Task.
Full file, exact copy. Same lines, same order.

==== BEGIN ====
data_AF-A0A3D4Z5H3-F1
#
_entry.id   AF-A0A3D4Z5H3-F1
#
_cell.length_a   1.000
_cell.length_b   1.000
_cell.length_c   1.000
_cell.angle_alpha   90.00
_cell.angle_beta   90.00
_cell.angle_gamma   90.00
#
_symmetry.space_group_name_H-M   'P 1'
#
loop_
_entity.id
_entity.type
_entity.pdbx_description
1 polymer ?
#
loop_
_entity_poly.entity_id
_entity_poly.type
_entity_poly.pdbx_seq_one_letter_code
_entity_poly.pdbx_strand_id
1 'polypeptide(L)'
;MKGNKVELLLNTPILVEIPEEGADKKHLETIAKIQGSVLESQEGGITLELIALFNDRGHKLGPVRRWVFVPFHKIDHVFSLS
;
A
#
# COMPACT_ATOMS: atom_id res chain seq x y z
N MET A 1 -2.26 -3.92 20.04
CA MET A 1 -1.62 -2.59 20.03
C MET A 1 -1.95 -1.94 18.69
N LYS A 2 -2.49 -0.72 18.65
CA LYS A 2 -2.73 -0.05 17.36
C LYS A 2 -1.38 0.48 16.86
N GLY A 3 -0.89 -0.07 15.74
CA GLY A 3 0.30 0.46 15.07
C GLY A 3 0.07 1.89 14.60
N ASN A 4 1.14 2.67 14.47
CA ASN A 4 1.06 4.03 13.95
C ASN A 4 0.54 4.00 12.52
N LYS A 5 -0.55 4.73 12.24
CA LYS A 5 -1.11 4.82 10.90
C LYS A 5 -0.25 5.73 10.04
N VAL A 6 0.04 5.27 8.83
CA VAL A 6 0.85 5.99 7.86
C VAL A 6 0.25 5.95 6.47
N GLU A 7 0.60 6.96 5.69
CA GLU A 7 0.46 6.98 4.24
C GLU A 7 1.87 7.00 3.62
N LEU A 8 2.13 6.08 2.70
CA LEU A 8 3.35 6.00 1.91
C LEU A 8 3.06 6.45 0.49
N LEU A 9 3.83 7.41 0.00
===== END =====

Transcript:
data_AF-A0A3D4Z5H3-F1
#
_entry.id   AF-A0A3D4Z5H3-F1
#
_cell.length_a   1.000
_cell.length_b   1.000
_cell.length_c   1.000
_cell.angle_alpha   90.00
_cell.angle_beta   90.00
_cell.angle_gamma   90.00
#
_symmetry.space_group_name_H-M   'P 1'
#
loop_
_entity.id
_entity.type
_entity.pdbx_description
1 polymer ?
#
loop_
_entity_poly.entity_id
_entity_poly.type
_entity_poly.pdbx_seq_one_letter_code
_entity_poly.pdbx_strand_id
1 'polypeptide(L)'
;MKGNKVELLLNTPILVEIPEEGADKKHLETIAKIQGSVLESQEGGITLELIALFNDRGHKLGPVRRWVFVPFHKIDHVFSLS
;
A
#
# COMPACT_ATOMS: atom_id res chain seq x y z
N MET A 1 -2.26 -3.92 20.04
CA MET A 1 -1.62 -2.59 20.03
C MET A 1 -1.95 -1.94 18.69
N LYS A 2 -2.49 -0.72 18.65
CA LYS A 2 -2.73 -0.05 17.36
C LYS A 2 -1.38 0.48 16.86
N GLY A 3 -0.89 -0.07 15.74
CA GLY A 3 0.30 0.46 15.07
C GLY A 3 0.07 1.89 14.60
N ASN A 4 1.14 2.67 14.47
CA ASN A 4 1.06 4.03 13.95
C ASN A 4 0.54 4.00 12.52
N LYS A 5 -0.55 4.73 12.24
CA LYS A 5 -1.11 4.82 10.90
C LYS A 5 -0.25 5.73 10.04
N VAL A 6 0.04 5.27 8.83
CA VAL A 6 0.85 5.99 7.86
C VAL A 6 0.25 5.95 6.47
N GLU A 7 0.60 6.96 5.69
CA GLU A 7 0.46 6.98 4.24
C GLU A 7 1.87 7.00 3.62
N LEU A 8 2.13 6.08 2.70
CA LEU A 8 3.35 6.00 1.91
C LEU A 8 3.06 6.45 0.49
N LEU A 9 3.83 7.41 0.00